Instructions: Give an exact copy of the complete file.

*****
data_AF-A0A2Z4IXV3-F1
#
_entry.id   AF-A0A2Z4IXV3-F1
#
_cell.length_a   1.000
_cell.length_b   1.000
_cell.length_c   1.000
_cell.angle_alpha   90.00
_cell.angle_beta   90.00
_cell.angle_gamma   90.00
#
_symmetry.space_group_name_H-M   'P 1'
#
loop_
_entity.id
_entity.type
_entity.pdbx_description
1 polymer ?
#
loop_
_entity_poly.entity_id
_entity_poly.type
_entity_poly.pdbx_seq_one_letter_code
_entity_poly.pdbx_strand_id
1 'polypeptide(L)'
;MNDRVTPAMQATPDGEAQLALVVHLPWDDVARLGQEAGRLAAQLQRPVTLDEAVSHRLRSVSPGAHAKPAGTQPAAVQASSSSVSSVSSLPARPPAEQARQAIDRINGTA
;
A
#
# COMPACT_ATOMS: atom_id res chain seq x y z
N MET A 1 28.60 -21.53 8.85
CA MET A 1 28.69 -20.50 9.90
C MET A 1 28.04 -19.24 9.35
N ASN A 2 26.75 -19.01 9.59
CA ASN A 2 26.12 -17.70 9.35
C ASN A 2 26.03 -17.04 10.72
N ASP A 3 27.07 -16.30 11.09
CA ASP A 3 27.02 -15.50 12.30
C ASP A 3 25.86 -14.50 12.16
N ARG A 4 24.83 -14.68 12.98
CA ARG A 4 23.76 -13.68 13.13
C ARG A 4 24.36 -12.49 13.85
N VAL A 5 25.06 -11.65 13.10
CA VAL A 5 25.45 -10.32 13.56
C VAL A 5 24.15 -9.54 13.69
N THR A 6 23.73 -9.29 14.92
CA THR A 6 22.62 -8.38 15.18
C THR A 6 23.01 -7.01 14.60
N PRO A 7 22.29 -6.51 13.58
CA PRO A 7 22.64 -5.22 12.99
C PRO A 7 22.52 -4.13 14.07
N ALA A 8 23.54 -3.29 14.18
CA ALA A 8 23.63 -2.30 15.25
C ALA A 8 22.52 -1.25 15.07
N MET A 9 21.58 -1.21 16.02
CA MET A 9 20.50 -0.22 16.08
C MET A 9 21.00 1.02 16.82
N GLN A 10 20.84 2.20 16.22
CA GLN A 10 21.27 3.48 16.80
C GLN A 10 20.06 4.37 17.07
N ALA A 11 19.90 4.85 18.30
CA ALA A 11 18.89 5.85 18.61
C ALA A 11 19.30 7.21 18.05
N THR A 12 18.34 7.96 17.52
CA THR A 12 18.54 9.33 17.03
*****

data_AF-A0A2Z4IXV3-F1
#
_entry.id   AF-A0A2Z4IXV3-F1
#
_cell.length_a   1.000
_cell.length_b   1.000
_cell.length_c   1.000
_cell.angle_alpha   90.00
_cell.angle_beta   90.00
_cell.angle_gamma   90.00
#
_symmetry.space_group_name_H-M   'P 1'
#
loop_
_entity.id
_entity.type
_entity.pdbx_description
1 polymer ?
#
loop_
_entity_poly.entity_id
_entity_poly.type
_entity_poly.pdbx_seq_one_letter_code
_entity_poly.pdbx_strand_id
1 'polypeptide(L)'
;MNDRVTPAMQATPDGEAQLALVVHLPWDDVARLGQEAGRLAAQLQRPVTLDEAVSHRLRSVSPGAHAKPAGTQPAAVQASSSSVSSVSSLPARPPAEQARQAIDRINGTA
;
A
#
# COMPACT_ATOMS: atom_id res chain seq x y z
N MET A 1 28.60 -21.53 8.85
CA MET A 1 28.69 -20.50 9.90
C MET A 1 28.04 -19.24 9.35
N ASN A 2 26.75 -19.01 9.59
CA ASN A 2 26.12 -17.70 9.35
C ASN A 2 26.03 -17.04 10.72
N ASP A 3 27.07 -16.30 11.09
CA ASP A 3 27.02 -15.50 12.30
C ASP A 3 25.86 -14.50 12.16
N ARG A 4 24.83 -14.68 12.98
CA ARG A 4 23.76 -13.68 13.13
C ARG A 4 24.36 -12.49 13.85
N VAL A 5 25.06 -11.65 13.10
CA VAL A 5 25.45 -10.32 13.56
C VAL A 5 24.15 -9.54 13.69
N THR A 6 23.73 -9.29 14.92
CA THR A 6 22.62 -8.38 15.18
C THR A 6 23.01 -7.01 14.60
N PRO A 7 22.29 -6.51 13.58
CA PRO A 7 22.64 -5.22 12.99
C PRO A 7 22.52 -4.13 14.07
N ALA A 8 23.54 -3.29 14.18
CA ALA A 8 23.63 -2.30 15.25
C ALA A 8 22.52 -1.25 15.07
N MET A 9 21.58 -1.21 16.02
CA MET A 9 20.50 -0.22 16.08
C MET A 9 21.00 1.02 16.82
N GLN A 10 20.84 2.20 16.22
CA GLN A 10 21.27 3.48 16.80
C GLN A 10 20.06 4.37 17.07
N ALA A 11 19.90 4.85 18.30
CA ALA A 11 18.89 5.85 18.61
C ALA A 11 19.30 7.21 18.05
N THR A 12 18.34 7.96 17.52
CA THR A 12 18.54 9.33 17.03